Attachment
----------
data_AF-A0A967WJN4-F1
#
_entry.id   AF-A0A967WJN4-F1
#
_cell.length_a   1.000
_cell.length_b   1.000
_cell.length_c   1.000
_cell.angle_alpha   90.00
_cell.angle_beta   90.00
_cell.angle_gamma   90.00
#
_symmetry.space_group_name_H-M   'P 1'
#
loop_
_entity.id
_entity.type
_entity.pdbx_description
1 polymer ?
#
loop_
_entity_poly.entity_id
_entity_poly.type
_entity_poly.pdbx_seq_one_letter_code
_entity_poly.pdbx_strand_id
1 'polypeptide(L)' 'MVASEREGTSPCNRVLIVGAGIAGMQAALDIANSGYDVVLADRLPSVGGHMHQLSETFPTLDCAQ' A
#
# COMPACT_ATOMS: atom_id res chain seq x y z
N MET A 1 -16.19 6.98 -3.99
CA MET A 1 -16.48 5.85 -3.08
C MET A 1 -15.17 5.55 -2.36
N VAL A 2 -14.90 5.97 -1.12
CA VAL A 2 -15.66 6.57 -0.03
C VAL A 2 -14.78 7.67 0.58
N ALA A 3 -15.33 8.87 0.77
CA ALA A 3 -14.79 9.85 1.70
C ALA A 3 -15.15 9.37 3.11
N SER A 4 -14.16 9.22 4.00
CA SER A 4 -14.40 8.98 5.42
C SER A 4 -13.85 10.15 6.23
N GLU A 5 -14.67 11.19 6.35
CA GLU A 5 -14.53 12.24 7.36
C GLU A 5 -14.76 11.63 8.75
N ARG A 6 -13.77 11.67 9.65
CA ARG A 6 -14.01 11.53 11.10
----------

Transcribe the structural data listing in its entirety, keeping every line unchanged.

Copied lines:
data_AF-A0A967WJN4-F1
#
_entry.id   AF-A0A967WJN4-F1
#
_cell.length_a   1.000
_cell.length_b   1.000
_cell.length_c   1.000
_cell.angle_alpha   90.00
_cell.angle_beta   90.00
_cell.angle_gamma   90.00
#
_symmetry.space_group_name_H-M   'P 1'
#
loop_
_entity.id
_entity.type
_entity.pdbx_description
1 polymer ?
#
loop_
_entity_poly.entity_id
_entity_poly.type
_entity_poly.pdbx_seq_one_letter_code
_entity_poly.pdbx_strand_id
1 'polypeptide(L)' 'MVASEREGTSPCNRVLIVGAGIAGMQAALDIANSGYDVVLADRLPSVGGHMHQLSETFPTLDCAQ' A
#
# COMPACT_ATOMS: atom_id res chain seq x y z
N MET A 1 -16.19 6.98 -3.99
CA MET A 1 -16.48 5.85 -3.08
C MET A 1 -15.17 5.55 -2.36
N VAL A 2 -14.90 5.97 -1.12
CA VAL A 2 -15.66 6.57 -0.03
C VAL A 2 -14.78 7.67 0.58
N ALA A 3 -15.33 8.87 0.77
CA ALA A 3 -14.79 9.85 1.70
C ALA A 3 -15.15 9.37 3.11
N SER A 4 -14.16 9.22 4.00
CA SER A 4 -14.40 8.98 5.42
C SER A 4 -13.85 10.15 6.23
N GLU A 5 -14.67 11.19 6.35
CA GLU A 5 -14.53 12.24 7.36
C GLU A 5 -14.76 11.63 8.75
N ARG A 6 -13.77 11.67 9.65
CA ARG A 6 -14.01 11.53 11.10